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10 februari 2019 

Hokusai's Passionate View on Hōgaku

The artist Hokusai presents us a rather sensual perspective of hōgaku (Japanese musical activities), we view a sexually-aroused geisha, actively leading an admirer into the delights of love.

Female Vulva

The tableau captures the couple passionately kissing at the moment of orgasm as emphasized by the fluids still flowing from the female vulva. At right lies a plectrum, and the body of the shamisen (three-stringed musical instrument) itself, with a musical text laid over it, to form a kind of pillow cover.

tsui no hinagata

‘Hōgaku: Couple in a post-coital moment‘ (c.1812) from the series ‘Tsuhi no hinagata (Models of Loving Couples)‘ by Katsushika Hokusai

 

Dante’s Inferno

To aficionados of Kabuki and nagauta, the cover of the text itself is enough to divert attention from the flamboyant lovers: Takao zange no dan – a famous, early nagauta scene from the drama Nanakusa wakayagi Soga [1744], in which the ghost of the renowned Yosiwara courtesan Takao appears and recited her memories of this world, and subsequent torments in Hades (a scenario strangely reminiscent of the fair Francesca in Dante’s Inferno).

Click HERE so that you can check out the “Copulating Widow and Adopted Son” design from this series…!!

Sources: ‘The Complete Ukiyo-e ShungaHokusai and the Tsui no hinagata Shunga Album‘ (Vol.13) by Richard Lane

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Darya
By

Darya

on 24 February 2020

The lesser feet are displayed in the picture the more difficult is to define whether it's Hokusai or early Eisen.

Marijn
Darya
By

Darya

on 25 February 2020

Dear Marijn, in your previous letter about the difference between Hokusai and Eisen you’ve said that Hokusai depicted toes in his special ‘pointy’ style. But the funniest thing is that Eisen used this feature too. In the first picture (‘Makura bunko’, 1822), which I haven’t found on your akantiek.com website, toes are typical for Hokusai, but the undergarment isn’t drawn in his style and facial features differ from ones of Hokusai’s characters. In the second picture (‘Enpon mime kurabe’, 1822) we can see the crumpled undergarment and the geisha’s foot, that is drawn close to Hokusai, but man’s (reaper’s?) foot is depicted not in Hokusai’s manner. In the third picture (‘Koi-no kaname’, 1827) there is a remarkable hommage to Hokusai that can be seen in lying woman’s pointy foot (one in the background) and pointy hand, while the foot that’s in the foreground is depicted less closely to Hokusai. However their facial features are Hokusai-like. So Eisen could fully imitate Hokusai’s style, but he preferred to mix his own style with some features of his inspirer. Maybe it was a way to pay respect to a great master. -- Best wishes, Darya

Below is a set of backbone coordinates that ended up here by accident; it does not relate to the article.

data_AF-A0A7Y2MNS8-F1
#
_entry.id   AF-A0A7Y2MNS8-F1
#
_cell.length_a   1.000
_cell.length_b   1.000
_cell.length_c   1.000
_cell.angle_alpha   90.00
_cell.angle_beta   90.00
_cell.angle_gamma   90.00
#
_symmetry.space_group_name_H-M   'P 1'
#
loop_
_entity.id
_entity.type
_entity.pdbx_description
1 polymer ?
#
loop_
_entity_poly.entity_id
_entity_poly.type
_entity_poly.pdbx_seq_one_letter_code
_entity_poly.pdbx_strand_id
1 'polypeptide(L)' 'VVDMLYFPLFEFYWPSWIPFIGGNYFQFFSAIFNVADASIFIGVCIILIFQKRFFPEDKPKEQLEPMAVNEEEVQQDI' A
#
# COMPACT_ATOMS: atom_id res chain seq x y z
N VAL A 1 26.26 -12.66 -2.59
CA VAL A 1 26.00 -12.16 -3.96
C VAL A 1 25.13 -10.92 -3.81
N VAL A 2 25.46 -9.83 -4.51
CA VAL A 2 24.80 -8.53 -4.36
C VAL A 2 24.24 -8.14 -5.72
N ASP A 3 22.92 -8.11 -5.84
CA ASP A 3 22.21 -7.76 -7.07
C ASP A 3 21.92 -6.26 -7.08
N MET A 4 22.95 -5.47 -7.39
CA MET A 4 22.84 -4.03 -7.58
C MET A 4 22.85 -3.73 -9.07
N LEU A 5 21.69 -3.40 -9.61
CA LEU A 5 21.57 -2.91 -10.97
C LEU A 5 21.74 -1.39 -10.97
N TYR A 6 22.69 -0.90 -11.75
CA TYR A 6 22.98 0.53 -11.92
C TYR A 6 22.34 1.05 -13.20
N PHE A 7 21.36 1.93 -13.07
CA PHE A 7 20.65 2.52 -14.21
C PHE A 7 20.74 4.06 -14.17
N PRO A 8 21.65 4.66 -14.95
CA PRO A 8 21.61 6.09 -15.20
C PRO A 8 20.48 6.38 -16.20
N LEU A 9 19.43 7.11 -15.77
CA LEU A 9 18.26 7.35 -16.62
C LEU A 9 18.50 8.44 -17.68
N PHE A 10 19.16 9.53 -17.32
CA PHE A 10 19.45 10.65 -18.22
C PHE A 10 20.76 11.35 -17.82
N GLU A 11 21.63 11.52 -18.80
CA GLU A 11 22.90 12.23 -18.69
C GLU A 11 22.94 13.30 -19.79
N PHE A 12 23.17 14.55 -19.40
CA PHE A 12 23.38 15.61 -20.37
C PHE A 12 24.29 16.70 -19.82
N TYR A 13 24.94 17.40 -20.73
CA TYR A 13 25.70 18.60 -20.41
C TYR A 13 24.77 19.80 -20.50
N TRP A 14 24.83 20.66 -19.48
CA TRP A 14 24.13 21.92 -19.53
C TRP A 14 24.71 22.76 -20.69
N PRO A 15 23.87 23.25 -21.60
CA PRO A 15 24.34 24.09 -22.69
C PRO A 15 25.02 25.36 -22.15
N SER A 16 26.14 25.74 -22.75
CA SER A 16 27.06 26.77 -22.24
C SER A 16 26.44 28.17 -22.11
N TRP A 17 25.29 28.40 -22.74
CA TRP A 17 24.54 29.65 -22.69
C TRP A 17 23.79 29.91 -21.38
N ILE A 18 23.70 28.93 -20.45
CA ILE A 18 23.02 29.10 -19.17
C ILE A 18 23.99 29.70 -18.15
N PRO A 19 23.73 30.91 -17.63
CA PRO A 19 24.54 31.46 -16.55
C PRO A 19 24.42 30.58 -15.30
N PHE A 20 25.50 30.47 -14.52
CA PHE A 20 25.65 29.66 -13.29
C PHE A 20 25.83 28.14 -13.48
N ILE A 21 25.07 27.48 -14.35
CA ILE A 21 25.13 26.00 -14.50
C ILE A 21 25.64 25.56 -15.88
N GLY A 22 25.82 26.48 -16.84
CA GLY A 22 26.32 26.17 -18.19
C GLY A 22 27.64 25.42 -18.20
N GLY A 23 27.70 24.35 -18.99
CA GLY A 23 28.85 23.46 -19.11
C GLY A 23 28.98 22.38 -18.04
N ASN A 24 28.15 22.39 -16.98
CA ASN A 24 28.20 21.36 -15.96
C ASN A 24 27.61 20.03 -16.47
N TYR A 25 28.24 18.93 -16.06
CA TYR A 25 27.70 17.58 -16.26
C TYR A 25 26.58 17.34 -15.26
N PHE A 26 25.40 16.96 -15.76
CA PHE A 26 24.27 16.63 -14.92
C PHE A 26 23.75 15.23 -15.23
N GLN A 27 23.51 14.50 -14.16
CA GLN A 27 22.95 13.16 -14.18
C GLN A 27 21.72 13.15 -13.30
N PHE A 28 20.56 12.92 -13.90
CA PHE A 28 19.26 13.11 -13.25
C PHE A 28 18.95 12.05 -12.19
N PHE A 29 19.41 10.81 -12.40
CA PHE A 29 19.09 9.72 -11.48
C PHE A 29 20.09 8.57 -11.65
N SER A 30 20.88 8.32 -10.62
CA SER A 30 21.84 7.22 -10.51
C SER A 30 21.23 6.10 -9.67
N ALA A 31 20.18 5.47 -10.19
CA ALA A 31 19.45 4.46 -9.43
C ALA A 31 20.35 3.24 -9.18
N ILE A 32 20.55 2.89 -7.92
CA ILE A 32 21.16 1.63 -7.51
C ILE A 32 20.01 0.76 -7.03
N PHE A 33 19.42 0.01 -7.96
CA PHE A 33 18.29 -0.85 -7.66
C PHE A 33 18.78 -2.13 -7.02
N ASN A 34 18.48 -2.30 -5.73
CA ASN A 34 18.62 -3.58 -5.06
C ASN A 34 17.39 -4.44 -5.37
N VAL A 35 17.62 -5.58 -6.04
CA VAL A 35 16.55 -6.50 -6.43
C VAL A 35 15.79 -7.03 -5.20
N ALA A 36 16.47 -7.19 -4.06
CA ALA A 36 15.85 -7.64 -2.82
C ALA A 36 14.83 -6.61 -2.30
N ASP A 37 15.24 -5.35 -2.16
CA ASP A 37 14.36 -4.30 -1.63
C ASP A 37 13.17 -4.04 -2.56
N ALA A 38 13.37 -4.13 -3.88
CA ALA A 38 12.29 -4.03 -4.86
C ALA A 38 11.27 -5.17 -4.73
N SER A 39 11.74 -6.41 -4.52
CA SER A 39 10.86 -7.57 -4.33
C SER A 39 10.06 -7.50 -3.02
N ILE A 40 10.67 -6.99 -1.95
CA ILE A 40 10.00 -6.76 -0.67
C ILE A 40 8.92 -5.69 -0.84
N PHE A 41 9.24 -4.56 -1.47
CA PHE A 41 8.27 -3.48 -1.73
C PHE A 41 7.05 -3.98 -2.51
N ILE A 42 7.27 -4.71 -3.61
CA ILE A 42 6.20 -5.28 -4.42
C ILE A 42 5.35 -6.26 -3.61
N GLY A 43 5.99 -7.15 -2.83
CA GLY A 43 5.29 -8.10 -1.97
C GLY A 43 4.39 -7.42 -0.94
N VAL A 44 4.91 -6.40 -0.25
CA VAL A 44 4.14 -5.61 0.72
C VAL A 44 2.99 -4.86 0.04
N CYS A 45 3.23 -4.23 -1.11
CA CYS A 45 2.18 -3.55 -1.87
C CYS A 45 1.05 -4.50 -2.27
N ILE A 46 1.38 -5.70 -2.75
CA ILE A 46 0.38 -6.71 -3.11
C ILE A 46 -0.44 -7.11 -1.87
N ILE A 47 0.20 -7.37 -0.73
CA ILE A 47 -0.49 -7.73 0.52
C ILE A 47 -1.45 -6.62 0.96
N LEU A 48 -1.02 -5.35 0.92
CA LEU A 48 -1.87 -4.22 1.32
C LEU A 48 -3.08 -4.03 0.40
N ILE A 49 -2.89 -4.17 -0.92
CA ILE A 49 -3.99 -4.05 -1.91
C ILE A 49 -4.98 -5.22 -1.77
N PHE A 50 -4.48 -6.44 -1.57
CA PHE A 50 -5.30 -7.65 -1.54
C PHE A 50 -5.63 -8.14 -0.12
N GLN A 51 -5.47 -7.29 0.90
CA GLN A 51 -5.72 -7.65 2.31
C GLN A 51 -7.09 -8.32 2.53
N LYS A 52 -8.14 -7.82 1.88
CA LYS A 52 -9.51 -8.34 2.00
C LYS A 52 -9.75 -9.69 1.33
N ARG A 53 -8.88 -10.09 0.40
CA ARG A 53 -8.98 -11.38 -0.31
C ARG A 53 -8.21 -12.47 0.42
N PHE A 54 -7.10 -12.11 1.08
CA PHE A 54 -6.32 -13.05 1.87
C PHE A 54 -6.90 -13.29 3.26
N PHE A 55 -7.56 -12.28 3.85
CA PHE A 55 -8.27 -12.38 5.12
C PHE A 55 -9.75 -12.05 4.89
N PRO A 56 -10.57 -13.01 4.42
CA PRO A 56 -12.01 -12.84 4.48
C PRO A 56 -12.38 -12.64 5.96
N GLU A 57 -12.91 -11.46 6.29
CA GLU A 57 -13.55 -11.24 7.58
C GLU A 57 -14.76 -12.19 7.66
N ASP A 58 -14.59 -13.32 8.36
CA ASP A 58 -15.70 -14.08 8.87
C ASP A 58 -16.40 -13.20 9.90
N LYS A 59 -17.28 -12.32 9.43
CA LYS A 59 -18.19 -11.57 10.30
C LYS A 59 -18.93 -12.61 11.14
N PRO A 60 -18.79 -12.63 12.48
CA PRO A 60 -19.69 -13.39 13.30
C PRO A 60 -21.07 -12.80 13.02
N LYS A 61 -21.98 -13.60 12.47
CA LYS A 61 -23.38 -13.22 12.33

Marijn
By

Marijn

on 25 February 2020

Thanks Darya. Yes, you are correct about Eisen mimicking Hokusai's 'http://www.akantiek.com/Shunga/p2370.Keisai-Eisen.jpg" rel="nofollow">pointy feet' but when we study the series Makura bunko closer and check out http://www.akantiek.com/Shunga/p2368.Keisai-Eisen.jpg" rel="nofollow">the other designs from the series we come across illustrations that are typically Eisen I have seen it in other" rel="nofollow" target="_blank">https://shungagallery.com/keisai-eisen-shunga-design-of-dutch-couple/">other books by Eisen too (picture is not sharp but if you look closely you can distinguish her pointy foot). When I bought this print 15 years ago, at first I thought it was by Hokusai but when I saw other designs from the series http://www.akantiek.nl/p1961-p1968.Keisai-Eisen.htm" rel="nofollow">Midare gami (1815-17). I knew this particular design was an ode to his mentor. Again, thanks for your interesting remarks!

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